Fats: Good and Bad

Posted by on Jul 17, 2014 in Nutrition | 0 comments


Fats are misunderstood and while “fat-free” diets were a fad a decade or so ago, we now better understand how important good fats are to our health and to our sense of wellbeing.  Not all fats are created equal and there is a difference between the two – good and bad.  Bad fats are the “trans fats” and saturated fats.

Mayo Clinic says trans-fat is made by adding hydrogen to vegetable oil through a process called hydrogenation.  Once we used butter fat, tallow, lard and bacon fat, but with refrigeration and other “advancements” we now use other hydrogenated vegetable fats like shortening and margarine.  In manufactured foods hydrogenated fats help them stay fresh longer and have a longer shelf life.  Scientists aren’t sure exactly why, but the addition of hydrogen to oil increases your cholesterol more than do other types of fats. Commercial baked goods — such as crackers, cookies and cakes — and many fried foods, such as doughnuts and french fries — often contain trans fats – and shortening and margarine can be high in trans fat. Saturated fats are found in animal products like beef, pork, butter, and other full-fat dairy products.

Good fats are vital and cholesterol is critical to all functions of the body, especially hormones and our neurological system.  Our brain is made up of about two thirds fat, and it can break fatty acids into ketones as a fuel source.  Ketones feed the brain and prevent brain atrophy, and a primary source of ketone bodies are the medium chain triglycerides (MCT) found in coconut oil.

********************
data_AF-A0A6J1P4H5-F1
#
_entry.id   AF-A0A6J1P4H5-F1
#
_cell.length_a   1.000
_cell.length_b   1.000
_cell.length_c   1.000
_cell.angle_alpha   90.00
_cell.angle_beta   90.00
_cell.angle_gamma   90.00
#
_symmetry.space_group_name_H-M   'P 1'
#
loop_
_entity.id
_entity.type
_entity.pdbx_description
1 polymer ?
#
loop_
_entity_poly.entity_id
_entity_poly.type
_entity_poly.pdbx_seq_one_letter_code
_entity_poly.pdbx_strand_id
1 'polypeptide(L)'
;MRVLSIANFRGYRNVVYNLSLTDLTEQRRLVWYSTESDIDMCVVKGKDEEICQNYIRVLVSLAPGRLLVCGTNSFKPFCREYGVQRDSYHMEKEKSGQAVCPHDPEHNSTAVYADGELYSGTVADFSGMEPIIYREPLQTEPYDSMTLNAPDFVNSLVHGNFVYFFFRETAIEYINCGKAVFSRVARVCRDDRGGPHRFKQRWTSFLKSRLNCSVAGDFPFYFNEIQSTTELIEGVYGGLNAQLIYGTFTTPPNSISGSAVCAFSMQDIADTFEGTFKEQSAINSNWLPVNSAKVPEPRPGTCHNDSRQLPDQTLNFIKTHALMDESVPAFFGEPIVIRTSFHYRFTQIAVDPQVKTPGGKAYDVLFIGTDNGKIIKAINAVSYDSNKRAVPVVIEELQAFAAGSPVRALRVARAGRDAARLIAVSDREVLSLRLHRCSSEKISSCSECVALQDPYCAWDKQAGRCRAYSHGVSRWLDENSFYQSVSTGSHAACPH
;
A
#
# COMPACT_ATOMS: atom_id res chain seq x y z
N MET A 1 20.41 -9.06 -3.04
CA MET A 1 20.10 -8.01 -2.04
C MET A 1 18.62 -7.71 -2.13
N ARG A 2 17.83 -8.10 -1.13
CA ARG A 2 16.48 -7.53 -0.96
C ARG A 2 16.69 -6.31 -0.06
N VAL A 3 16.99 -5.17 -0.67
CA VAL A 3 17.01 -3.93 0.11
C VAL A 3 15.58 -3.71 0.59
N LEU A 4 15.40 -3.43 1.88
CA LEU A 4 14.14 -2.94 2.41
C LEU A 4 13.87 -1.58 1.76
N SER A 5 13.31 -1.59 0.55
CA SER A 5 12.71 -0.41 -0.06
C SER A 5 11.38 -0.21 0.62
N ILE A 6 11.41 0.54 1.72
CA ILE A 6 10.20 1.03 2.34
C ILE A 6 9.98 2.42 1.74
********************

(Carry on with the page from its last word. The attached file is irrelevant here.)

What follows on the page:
However, the primary fuel your brain runs on is glucose.  When diabetes or the pancreas stops proper insulin production necessary to regulate blood sugar, then your brain literally starves, as it is deprived of the glucose-converted energy it needs to function normally.

In Alzheimer’s disease, a brain atrophy disease, this process appears to begin one or more decades before the symptoms become apparent.  The brain starts to atrophy, or starve, leading to impaired functioning and eventual loss of memory, speech, movement and personality. Diabetics or those with weakened ability to manage sugar have a 65 percent increased risk of also being diagnosed with Alzheimer’s disease.

To find out more about “whole foods” living, read Dr. Deanna’s Healing Handbook.

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